Background: Large-scale randomised controlled trials (RCT) are relatively rare in education. The present study was an attempt to scale up previous small peer tutoring projects, while investing only modestly in continuing professional development for teachers. Purpose: A two-year RCT of peer tutoring in mathematics was undertaken in one local…

  11. New Media Matters: Tutoring in the Late Age of Print

    Science.gov (United States)

    McKinney, Jackie Grutsch

    2009-01-01

    This article has been about reconsidering how writing center directors train tutors to read and respond to texts. The subject here has been new media texts. The author has asked directors to reconsider how they tutor and how they talk to students about their writing. The impetus for these evolved practices is the arrival of increasing numbers of…

  12. Using Cognitive Tutor Software in Learning Linear Algebra Word Concept

    Science.gov (United States)

    Yang, Kai-Ju

    2015-01-01

    This paper reports on a study of twelve 10th grade students using Cognitive Tutor, a math software program, to learn linear algebra word concept. The study's purpose was to examine whether students' mathematics performance as it is related to using Cognitive Tutor provided evidence to support Koedlinger's (2002) four instructional principles used…

  13. Teaching Creative Writing: the role of the tutor

    OpenAIRE

    France, Angela

    2008-01-01

    The growing popularity of Creative writing courses, at all levels, creates a demand for teachers who are equipped to manage the particular needs of writing students. This article will examine the difference between traditional expectations of tutors as instructors and the role of creative writing tutors as facilitators or 'agents of transformation' (Teleky, 2001).

  14. 39 Peer tutors as learning and teaching partners: a cumulative ...

    African Journals Online (AJOL)

    and more often than not peer tutors are under-supported. In order to create and sustain teaching and learning environments that are better able to facilitate students' engagement with knowledge and learning, the role of peer tutors needs to be recognised differently, as that of learning and teaching partners to both lecturers ...

  15. A Framework for Implementing the Success Tutoring Approach

    African Journals Online (AJOL)

    tutors to supplement contact time (Clarence, 2016; Hobson, 2002). The technique has a strong evidence base (Hott, Walker & Sahni, 2012; Vasquez & Slocum, 2012) and is said to aid in four ways, outlined in Table 1 below. Table 1: Merits of peer tutoring. 1. Creates social connections. Students can get information, form ...

  16. Private Tutoring through the Internet: Globalization and "Offshoring"

    Science.gov (United States)

    Ventura, Alexandre; Jang, Sunhwa

    2010-01-01

    The private tutoring industry has come forward as the third great sector of education. The common sense representation about private tutoring is changing. The growing search for supplementary educational support services and the technological innovation have created a new paradigm. This paper focuses on one of the most interesting faces of this…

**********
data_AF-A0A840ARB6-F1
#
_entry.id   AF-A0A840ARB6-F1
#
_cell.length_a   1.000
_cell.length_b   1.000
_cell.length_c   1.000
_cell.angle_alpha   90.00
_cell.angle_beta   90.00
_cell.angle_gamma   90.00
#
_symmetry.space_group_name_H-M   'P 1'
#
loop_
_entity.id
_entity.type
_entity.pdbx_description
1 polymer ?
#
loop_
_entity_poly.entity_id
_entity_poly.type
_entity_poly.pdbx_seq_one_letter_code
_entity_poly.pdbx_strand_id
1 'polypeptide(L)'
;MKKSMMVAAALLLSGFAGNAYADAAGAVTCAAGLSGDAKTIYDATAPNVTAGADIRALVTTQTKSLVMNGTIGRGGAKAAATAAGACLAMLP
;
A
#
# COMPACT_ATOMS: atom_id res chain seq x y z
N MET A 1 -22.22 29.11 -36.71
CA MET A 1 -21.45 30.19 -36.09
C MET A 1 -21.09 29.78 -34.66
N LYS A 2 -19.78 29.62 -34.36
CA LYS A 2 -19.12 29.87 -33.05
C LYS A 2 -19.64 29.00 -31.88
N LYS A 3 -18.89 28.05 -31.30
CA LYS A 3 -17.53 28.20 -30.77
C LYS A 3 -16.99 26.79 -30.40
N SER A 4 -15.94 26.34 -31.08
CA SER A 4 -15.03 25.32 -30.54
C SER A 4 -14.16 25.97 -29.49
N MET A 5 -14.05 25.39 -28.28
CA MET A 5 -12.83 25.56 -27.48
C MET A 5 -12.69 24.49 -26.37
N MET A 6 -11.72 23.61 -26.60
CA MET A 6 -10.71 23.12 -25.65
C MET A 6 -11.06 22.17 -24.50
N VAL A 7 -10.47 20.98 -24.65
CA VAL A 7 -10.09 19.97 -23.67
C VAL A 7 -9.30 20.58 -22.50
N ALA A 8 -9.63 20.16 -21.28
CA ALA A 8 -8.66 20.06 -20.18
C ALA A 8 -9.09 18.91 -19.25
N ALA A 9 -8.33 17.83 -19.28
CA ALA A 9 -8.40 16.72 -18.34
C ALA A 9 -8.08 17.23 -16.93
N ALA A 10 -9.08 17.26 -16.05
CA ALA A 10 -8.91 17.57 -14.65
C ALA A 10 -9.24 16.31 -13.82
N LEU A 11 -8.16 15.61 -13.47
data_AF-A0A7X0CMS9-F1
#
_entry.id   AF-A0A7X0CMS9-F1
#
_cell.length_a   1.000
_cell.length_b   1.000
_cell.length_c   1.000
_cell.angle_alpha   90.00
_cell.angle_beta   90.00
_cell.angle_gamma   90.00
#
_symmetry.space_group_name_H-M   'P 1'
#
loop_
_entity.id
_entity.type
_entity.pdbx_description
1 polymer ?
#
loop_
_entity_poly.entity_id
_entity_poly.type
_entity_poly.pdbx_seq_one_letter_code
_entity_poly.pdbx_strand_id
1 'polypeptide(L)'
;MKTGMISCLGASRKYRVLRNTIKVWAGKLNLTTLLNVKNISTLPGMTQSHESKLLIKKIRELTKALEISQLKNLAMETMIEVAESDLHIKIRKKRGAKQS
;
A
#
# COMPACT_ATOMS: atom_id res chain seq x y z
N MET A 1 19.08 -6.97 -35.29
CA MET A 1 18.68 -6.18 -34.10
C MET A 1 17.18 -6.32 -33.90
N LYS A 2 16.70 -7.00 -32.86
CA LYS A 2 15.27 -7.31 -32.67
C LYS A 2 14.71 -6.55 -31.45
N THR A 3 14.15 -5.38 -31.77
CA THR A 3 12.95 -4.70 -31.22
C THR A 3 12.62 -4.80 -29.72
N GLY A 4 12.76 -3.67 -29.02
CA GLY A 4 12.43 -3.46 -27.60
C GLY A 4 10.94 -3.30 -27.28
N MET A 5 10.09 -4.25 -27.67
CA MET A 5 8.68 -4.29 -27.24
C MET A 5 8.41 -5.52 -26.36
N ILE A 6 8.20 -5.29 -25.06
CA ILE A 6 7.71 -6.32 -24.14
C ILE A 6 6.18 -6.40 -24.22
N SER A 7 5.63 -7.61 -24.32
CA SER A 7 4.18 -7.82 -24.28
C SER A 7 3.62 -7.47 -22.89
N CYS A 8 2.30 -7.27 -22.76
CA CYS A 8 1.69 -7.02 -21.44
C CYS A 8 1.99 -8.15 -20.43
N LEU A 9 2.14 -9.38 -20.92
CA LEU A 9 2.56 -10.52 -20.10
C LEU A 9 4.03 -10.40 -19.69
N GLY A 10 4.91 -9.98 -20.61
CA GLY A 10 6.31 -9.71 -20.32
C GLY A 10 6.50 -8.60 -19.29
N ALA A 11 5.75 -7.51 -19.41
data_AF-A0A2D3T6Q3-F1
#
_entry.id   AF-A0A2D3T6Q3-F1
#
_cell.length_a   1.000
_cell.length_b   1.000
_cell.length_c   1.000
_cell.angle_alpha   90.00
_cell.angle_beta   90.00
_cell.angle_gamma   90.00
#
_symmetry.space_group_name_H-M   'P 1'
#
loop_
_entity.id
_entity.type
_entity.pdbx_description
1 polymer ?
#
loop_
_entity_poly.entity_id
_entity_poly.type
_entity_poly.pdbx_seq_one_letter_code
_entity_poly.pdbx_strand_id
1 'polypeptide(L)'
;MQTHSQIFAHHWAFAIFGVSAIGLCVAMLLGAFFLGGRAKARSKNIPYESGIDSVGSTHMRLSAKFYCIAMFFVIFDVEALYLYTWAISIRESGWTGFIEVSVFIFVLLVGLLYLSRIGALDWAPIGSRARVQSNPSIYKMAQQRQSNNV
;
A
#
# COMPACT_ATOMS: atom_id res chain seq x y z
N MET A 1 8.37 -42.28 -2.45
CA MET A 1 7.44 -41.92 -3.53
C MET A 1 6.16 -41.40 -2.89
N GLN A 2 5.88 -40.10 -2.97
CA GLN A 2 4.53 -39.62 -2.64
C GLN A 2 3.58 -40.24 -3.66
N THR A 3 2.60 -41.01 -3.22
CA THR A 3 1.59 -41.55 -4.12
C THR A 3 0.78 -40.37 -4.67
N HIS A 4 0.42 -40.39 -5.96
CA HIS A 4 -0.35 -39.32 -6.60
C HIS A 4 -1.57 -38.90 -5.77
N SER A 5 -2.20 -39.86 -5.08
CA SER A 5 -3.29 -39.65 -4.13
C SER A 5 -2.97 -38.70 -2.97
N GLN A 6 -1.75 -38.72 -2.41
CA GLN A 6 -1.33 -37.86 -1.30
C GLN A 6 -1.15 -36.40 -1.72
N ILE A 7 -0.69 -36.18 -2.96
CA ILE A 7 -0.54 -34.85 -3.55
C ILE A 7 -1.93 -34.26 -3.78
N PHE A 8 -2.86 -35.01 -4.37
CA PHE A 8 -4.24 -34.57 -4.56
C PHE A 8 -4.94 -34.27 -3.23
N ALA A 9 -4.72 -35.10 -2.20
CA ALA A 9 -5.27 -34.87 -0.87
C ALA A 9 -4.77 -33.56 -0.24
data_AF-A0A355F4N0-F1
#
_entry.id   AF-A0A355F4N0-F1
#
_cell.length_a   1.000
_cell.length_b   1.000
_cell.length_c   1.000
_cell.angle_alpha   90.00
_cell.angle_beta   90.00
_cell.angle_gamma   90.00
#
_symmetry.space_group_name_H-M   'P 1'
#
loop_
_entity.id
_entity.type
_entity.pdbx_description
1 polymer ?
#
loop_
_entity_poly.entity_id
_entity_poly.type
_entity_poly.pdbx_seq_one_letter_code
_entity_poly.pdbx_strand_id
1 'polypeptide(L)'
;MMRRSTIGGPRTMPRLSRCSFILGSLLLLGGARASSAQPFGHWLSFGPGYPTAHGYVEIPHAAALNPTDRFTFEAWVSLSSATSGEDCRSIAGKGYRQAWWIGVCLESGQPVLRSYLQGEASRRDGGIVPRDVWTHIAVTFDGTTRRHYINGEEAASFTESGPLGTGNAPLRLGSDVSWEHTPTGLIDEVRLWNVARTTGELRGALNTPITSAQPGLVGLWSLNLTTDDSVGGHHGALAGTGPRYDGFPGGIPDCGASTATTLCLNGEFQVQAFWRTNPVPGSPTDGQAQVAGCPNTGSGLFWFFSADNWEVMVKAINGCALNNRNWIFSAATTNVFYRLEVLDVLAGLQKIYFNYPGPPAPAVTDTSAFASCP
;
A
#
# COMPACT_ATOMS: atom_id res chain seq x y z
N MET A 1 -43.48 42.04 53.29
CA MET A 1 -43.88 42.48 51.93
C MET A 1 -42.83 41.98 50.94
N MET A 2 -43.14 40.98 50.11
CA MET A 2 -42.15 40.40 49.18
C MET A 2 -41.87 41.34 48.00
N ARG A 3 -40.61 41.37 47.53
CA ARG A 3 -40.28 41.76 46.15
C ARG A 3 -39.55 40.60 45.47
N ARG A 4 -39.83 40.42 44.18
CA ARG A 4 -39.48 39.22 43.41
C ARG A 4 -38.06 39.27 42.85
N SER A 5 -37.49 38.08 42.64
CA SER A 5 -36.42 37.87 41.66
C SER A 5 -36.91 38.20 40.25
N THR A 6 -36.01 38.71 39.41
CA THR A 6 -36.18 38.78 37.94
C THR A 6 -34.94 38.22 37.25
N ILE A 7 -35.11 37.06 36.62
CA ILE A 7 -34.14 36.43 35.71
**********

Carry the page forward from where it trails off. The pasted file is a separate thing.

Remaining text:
17. Effects of staff and student tutors on student achievement

    NARCIS (Netherlands)

    J.H.C. Moust (Jos); H.G. Schmidt (Henk)

    1994-01-01

    textabstractA brief narrative description of the journal article, document, or resource. A study at the University of Maastricht (Netherlands) law school found that students (n=200) tutored by other students showed improved academic achievement as high as those (n=207) taught by staff tutors. Data

  18. Teaching Database Design with Constraint-Based Tutors

    Science.gov (United States)

    Mitrovic, Antonija; Suraweera, Pramuditha

    2016-01-01

    Design tasks are difficult to teach, due to large, unstructured solution spaces, underspecified problems, non-existent problem solving algorithms and stopping criteria. In this paper, we comment on our approach to develop KERMIT, a constraint-based tutor that taught database design. In later work, we re-implemented KERMIT as EER-Tutor, and…

  19. Theoretical Models of Tutor Talk: How Practical Are They?

    Science.gov (United States)

    Henning, Teresa B.

    Writing center theory in general seems to favor a collaborative model of the tutorial where the tutor and tutee work together to create shared knowledge and a shared text and an expressionist model of the tutorial which requires that the tutor do less talking and more listening. Writing center empirical research, however, suggests that the key…

  20. Peer Tutoring with Child-Centered Play Therapy Language

    Science.gov (United States)

    Vavreck, Sarah; Esposito, Judy

    2012-01-01

    The focus of this paper is on responses from fifth grade peer tutors who were trained to use child-centered play therapy language during tutoring sessions with kindergarteners. The focus of this project was to identify academic and social/emotional benefits of participating in the program. Results indicated that participation in the program…

  1. Automated Tutoring in Interactive Environments: A Task-Centered Approach.

    Science.gov (United States)

    Wolz, Ursula; And Others

    1989-01-01